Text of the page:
Fibroids are common. Anyone with a uterus can get fibroids. As a female, you many have many over the course of your lifetime.

Fibroids are round muscle growths and develop in the uterus and are formed when a single muscle cell in the uterus rapidly multiples to form benign growths. They can be asymptomatic (no symptoms) or can cause heavy, painful menstruation. Fibroids can distort the shape and size of the uterus depending upon where they’re located.

What are Fibroids?

Fibroids can grow in multiple places within the uterus and are classified by location:

  • Subserosal: These are fibroids located in the outside wall of the uterus (these fibroids are more superficial and covered by a shiny membrane, thin layer of cells, that covers the outside of most organs and secretes fluids)
  • Submuscosal: Fibroids that go into the cavity of the uterus. Inside the uterus where a baby would grow)
  • Intramural: Fibroids located in the muscle layer of the uterus (myometrium)

Anyone with a uterus can get fibroids. Approximately 50-70% of people with a uterus will have a fibroid at some point in their life. While there seems to be a large genetic component involved in this disease, there are also many environmental factors that can be at play.

Hormonal levels such as estrogen and progesterone are also thought to be risk factors of fibroid development, although this is also poorly understood.

Additionally, lifestyle changes in diet and regular exercise can help to prevent fibroid development. Interestingly, Vitamin D deficiency seems to be a risk factor and is a possible source of treatment or preventive measure for fibroids.

More research into the causes of fibroids is necessary for a better understanding and treatment of this condition.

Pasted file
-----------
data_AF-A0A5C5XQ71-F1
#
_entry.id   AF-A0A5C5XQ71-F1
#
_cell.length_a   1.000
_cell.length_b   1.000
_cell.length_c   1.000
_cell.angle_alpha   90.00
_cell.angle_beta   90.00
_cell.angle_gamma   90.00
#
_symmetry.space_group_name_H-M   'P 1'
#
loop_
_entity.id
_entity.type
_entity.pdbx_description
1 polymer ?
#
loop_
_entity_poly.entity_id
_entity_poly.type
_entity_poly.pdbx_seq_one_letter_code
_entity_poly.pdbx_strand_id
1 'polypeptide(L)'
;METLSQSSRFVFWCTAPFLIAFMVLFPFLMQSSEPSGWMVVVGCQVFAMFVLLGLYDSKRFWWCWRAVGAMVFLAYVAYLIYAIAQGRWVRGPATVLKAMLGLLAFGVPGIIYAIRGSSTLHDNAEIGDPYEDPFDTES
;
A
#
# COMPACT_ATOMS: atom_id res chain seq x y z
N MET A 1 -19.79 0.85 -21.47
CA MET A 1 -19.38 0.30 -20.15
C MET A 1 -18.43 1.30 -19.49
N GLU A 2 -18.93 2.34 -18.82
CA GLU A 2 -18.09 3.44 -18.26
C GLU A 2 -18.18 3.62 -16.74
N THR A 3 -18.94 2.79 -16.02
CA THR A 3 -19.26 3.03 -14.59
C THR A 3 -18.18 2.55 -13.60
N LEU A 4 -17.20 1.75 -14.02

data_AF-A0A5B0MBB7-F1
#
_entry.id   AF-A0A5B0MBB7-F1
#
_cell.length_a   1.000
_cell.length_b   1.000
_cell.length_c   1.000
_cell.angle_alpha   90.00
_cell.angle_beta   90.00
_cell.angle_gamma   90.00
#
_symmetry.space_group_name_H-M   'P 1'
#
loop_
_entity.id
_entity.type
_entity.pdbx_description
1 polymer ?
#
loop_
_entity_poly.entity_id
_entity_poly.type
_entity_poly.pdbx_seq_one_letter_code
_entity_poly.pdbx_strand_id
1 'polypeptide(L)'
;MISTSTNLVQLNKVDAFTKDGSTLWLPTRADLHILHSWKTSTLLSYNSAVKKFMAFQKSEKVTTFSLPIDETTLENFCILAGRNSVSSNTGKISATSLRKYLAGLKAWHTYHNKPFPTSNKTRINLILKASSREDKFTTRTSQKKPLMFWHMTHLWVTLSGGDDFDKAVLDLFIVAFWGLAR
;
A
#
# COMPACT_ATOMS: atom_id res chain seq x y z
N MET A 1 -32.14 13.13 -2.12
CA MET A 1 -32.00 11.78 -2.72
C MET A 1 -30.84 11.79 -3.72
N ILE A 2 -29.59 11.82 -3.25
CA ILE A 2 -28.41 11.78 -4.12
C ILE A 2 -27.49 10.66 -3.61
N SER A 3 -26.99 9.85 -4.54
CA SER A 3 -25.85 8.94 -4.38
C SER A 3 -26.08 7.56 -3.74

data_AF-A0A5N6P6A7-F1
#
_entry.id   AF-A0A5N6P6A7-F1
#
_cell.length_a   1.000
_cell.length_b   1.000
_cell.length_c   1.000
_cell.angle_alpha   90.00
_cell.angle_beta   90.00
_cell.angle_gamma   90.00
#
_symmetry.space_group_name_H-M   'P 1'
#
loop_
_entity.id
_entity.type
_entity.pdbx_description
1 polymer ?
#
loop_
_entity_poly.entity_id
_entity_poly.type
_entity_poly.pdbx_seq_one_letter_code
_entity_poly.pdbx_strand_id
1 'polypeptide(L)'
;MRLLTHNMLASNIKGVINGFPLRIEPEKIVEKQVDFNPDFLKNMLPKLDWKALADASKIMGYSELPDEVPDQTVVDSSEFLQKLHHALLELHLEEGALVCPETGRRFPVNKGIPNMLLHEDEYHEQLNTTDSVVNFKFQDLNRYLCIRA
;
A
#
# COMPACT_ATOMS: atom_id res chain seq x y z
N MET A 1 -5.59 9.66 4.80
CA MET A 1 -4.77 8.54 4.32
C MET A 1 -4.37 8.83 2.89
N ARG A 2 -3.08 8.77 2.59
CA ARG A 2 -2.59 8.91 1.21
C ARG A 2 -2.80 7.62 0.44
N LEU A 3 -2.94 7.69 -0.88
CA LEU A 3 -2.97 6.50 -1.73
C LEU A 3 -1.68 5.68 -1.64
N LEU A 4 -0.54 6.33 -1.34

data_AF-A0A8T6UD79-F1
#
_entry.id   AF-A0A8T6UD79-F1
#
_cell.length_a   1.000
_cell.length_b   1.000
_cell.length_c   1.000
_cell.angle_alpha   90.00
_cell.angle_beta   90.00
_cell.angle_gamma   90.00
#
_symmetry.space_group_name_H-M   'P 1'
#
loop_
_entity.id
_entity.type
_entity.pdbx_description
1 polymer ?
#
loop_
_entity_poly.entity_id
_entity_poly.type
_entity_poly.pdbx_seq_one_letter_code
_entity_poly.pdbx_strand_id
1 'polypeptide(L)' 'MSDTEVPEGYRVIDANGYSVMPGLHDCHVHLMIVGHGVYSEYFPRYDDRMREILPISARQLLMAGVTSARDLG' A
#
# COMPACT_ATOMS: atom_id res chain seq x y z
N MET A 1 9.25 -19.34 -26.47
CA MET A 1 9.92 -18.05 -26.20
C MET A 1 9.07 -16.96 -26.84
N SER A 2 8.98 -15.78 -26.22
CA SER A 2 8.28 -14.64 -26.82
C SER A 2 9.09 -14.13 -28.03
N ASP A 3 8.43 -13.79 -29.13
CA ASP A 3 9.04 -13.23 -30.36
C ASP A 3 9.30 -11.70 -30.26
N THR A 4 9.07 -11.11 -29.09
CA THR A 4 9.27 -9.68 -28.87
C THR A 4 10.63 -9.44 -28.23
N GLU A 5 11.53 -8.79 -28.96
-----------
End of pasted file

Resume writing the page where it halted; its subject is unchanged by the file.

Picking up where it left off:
Fibroids and Fertility

Unfortunately, the link between fibroids and infertility is poorly understood and inconsistent within the scientific literature. Typically, the location of the fibroid is indicative of the symptoms you are likely to develop. For example, fibroids may cause some problems with trying to conceive if they are located in the endometrial layer where the embryo would normally implant. However, most people who have fibroids will not have problems with infertility. It is important to talk to your doctor about the location of your fibroid and whether it is likely to impact your fertility.

Although fibroids generally do not cause problems with pregnancy, they can cause complications in rare circumstances, which directly correlates with the size of the fibroid. These include preterm delivery, breeching, placental abruption, and the need for a cesarean section. Fibroids are often first identified during ultrasound for pregnancy and will be monitored for growth over the course of your pregnancy.

Treatment Options

The treatment options for fibroids will depend on the progression and severity of your symptoms. Many fibroids will go away on their own, so if you are not experiencing pain, discomfort, or infertility, your doctor may advise you to wait and monitor your symptoms and the size of the fibroid.

For women that are trying to conceive and have fibroids interfering with their fertility, a surgical operation called a Myomectomy is performed to remove fibroids. In a myomectomy, fibroids are removed laparoscopically, through a small incision in the belly, or through the cervix, depending on the location of the fibroid. Myomectomy is the best treatment option for women who have fibroid symptoms and want to have a baby one day.

Your doctor or fertility specialist will consult you about your treatment and the best options for you.